Dessingue: Yes, that’s a problem. We filed our annual information updates every year, only to discover many years later that the IRS never did anything with them. That policy has changed but you’ve got maybe 50 years of information that was not entered.

Joseph: In the IRS’s defense, there is a burden, this would impose a burden on them and they do not have the money for anything that is related to technology or manpower for inputting this kind of data. So we were sympathetic to these concerns but we did feel very strongly as a group that the IRS should try to work with group ruling holders to come up with a solution, be it some sort of added explanation that is part of Publication 78 or appended to Publication 78 about group rulings, something that where group ruling holders, central organizations, could be linked to or there could be some listing of group ruling holders that can be extracted from existing IRS data so that then group ruling holders could list their covered subordinates on their website. There are lots of ways that you might help donors, in particular, understand group rulings and who are covered subordinates.

Dessingue: There is that helpful language that was included in the hard copy Publication 78, and also appears on the IRS website that explains all of this, but somehow folks don’t seem to find it or believe it.

Gary: These days, in my experience, donors are just searching Publication 78 and either the organization is in or it’s out. Period.

Dessingue: And if the name doesn’t come up, you’re out.

Gary: If the name is not in Publication 78, then it’s all up hill after that, trying to convince the donor that the organization is, nonetheless, eligible to receive deductible charitable contributions.

Joseph: Right, and it’s frequently done by a computer program for a lot of these groups. The other thing that we did talk to the IRS about is making sure that the IRS staff people who answer particular phones are educated about this and that they have access to easy to find information about group rulings because we heard stories about donors and others getting incorrect information when they called the IRS with questions about group ruling holders.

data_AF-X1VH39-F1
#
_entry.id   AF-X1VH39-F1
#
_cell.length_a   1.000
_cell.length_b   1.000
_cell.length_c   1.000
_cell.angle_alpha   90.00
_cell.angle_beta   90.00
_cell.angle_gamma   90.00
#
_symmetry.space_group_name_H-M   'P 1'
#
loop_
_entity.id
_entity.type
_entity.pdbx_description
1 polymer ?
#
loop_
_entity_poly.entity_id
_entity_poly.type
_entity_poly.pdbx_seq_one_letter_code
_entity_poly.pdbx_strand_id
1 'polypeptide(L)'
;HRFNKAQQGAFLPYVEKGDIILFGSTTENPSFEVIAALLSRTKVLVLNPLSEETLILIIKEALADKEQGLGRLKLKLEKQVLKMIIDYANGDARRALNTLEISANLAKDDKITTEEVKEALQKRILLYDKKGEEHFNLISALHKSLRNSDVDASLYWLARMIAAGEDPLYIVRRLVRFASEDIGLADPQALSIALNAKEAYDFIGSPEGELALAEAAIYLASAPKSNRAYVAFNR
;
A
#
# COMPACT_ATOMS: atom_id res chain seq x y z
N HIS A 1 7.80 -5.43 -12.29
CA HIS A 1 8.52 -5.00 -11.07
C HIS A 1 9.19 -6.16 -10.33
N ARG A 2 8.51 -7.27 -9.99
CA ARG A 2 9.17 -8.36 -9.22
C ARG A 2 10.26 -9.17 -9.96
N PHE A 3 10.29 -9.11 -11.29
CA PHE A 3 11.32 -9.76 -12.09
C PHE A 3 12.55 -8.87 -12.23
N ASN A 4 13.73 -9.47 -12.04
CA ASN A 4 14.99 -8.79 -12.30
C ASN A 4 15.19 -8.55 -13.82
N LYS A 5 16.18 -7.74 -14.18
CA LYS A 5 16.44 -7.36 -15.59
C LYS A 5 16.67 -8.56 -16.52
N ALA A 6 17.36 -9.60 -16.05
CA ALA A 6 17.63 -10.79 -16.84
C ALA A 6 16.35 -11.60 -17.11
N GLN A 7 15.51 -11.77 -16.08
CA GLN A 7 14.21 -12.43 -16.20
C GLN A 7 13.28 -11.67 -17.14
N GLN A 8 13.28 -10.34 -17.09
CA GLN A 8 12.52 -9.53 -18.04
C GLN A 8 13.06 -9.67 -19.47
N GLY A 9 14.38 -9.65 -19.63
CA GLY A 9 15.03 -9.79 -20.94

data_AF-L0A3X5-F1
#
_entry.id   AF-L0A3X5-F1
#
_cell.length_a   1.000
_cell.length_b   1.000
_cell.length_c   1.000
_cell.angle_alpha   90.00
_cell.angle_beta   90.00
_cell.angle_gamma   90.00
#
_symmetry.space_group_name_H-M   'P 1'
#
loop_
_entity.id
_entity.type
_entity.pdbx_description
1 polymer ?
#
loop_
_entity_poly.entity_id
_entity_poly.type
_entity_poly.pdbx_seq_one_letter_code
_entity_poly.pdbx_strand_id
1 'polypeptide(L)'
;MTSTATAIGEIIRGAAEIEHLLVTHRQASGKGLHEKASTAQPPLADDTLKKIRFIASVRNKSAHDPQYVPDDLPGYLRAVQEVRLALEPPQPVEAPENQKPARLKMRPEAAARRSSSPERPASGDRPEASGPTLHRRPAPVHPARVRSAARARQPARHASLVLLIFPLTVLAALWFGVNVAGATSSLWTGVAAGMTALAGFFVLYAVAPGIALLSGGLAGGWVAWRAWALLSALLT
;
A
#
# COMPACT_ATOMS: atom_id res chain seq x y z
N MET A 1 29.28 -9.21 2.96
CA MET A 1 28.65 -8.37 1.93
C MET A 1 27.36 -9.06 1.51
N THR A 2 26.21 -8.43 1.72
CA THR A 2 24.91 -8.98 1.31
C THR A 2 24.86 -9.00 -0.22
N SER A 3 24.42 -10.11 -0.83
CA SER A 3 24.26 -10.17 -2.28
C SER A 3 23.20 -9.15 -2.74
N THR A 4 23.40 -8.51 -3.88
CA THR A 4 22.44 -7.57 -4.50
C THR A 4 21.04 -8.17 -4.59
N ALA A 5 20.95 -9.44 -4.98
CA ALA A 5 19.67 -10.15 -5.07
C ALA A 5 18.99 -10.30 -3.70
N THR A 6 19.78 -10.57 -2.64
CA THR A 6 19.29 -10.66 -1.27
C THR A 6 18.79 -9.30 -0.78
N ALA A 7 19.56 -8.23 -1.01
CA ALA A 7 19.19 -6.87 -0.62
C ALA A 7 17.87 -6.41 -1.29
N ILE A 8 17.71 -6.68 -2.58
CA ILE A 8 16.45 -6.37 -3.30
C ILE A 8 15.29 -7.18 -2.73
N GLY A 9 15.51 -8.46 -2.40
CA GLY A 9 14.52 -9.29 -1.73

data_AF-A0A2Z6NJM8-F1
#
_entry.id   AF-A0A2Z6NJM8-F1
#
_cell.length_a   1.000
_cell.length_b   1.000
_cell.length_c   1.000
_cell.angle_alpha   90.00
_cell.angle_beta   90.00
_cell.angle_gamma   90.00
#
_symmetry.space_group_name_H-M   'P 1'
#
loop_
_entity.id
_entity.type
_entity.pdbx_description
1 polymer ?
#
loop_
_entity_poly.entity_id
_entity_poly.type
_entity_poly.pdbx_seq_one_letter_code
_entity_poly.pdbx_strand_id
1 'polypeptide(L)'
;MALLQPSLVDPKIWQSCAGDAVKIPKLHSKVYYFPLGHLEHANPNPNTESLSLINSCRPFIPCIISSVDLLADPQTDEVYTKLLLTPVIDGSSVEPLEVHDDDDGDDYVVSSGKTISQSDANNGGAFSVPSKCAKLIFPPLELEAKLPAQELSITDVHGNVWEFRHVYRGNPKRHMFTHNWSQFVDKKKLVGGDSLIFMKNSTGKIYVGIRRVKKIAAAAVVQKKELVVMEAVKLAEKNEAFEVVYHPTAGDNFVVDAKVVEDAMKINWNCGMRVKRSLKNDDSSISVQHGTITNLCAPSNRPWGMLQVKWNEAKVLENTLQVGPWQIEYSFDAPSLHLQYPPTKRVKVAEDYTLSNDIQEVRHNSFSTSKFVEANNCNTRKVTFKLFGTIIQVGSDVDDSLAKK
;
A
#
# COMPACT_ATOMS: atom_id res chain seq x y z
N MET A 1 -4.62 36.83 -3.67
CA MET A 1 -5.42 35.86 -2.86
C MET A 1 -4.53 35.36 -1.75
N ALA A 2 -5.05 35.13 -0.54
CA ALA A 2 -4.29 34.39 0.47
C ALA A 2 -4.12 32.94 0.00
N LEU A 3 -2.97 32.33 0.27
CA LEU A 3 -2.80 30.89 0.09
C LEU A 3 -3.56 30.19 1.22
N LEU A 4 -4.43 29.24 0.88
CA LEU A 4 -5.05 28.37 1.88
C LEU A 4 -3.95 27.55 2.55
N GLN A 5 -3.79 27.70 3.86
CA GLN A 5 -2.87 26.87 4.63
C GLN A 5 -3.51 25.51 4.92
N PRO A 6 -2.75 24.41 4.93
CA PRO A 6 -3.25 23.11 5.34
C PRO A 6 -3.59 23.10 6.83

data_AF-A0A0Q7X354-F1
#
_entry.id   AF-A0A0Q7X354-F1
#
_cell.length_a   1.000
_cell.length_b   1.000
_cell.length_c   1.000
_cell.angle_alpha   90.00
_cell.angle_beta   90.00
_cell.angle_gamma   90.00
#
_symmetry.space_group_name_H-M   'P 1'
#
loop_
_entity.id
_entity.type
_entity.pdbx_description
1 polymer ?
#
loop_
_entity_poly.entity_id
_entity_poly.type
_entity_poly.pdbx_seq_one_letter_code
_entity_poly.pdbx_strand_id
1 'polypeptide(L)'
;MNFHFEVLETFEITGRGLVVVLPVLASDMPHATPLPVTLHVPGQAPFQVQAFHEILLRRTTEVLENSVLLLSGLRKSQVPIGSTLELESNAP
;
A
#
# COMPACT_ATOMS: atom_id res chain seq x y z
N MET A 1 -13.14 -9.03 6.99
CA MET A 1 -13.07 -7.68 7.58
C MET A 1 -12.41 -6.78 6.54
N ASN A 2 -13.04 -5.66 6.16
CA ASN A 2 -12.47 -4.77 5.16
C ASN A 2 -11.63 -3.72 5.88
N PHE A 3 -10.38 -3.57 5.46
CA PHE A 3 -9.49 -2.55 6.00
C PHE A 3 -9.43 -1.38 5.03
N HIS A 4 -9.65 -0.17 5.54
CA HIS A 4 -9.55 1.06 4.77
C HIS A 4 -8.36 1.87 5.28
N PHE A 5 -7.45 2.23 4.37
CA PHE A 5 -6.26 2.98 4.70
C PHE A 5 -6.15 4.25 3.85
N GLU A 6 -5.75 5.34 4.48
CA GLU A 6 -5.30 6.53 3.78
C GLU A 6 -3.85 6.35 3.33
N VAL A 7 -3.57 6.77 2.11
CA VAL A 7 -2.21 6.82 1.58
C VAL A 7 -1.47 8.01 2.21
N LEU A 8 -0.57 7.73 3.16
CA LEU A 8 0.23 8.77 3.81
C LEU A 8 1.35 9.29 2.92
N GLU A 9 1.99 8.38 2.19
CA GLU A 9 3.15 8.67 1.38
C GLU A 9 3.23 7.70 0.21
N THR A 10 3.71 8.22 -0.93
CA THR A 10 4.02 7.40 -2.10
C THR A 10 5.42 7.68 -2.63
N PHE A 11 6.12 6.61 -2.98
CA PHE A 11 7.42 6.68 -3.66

Gary: We’ve certainly had that experience in the church world.

Dessingue: At some point over the years, I’ve suggested that IRS might consider dedicating some staff to church issues or to group ruling issues. When you get to the call center, you’d have an option if you’re calling about a church or a group ruling where you could speak with a specialist on those issues.

Streckfus: In my conversations with agents over the years, I’ve never heard one of them mention churches other than staying away from them. Their concerns usually are with entities such as the VFW and other fraternal organizations whose subordinates can be troublesome because some of those posts are running bars and dining facilities open to the public with maybe gambling as an added attraction. I know of one case where agents went after a VFW post and the post complained to the local newspaper about being audited. I assume the local post was not filing a separate 990.

When you’re talking about supervision and control, my sense is that there’s probably not too much coming down from above in some of these veterans and fraternal organizations. Did you all get into that or did the IRS give you any feedback on what was going on there?

Gries: I think we all have all our examples of perhaps where we believe that maybe there was not quite as much general supervision and control occurring that should have been. I shared with the group my private college client in the Twin Cities area that was notified by Vanguard Charitable Fund that a donor wished to contribute to the institution, but was unable to do so because it did not have (c)(3) status. Upon investigation, it was discovered that the 501(c)(3) private institution was changed to a (c)(4) organization in the IRS’ system because a group ruling holder submitted their subordinate’s name – this was a student organization on campus — with the college’s EIN number on the annual notification. The IRS appropriately took the information that was signed by this group ruling holder reflecting the subordinate as being under the group ruling.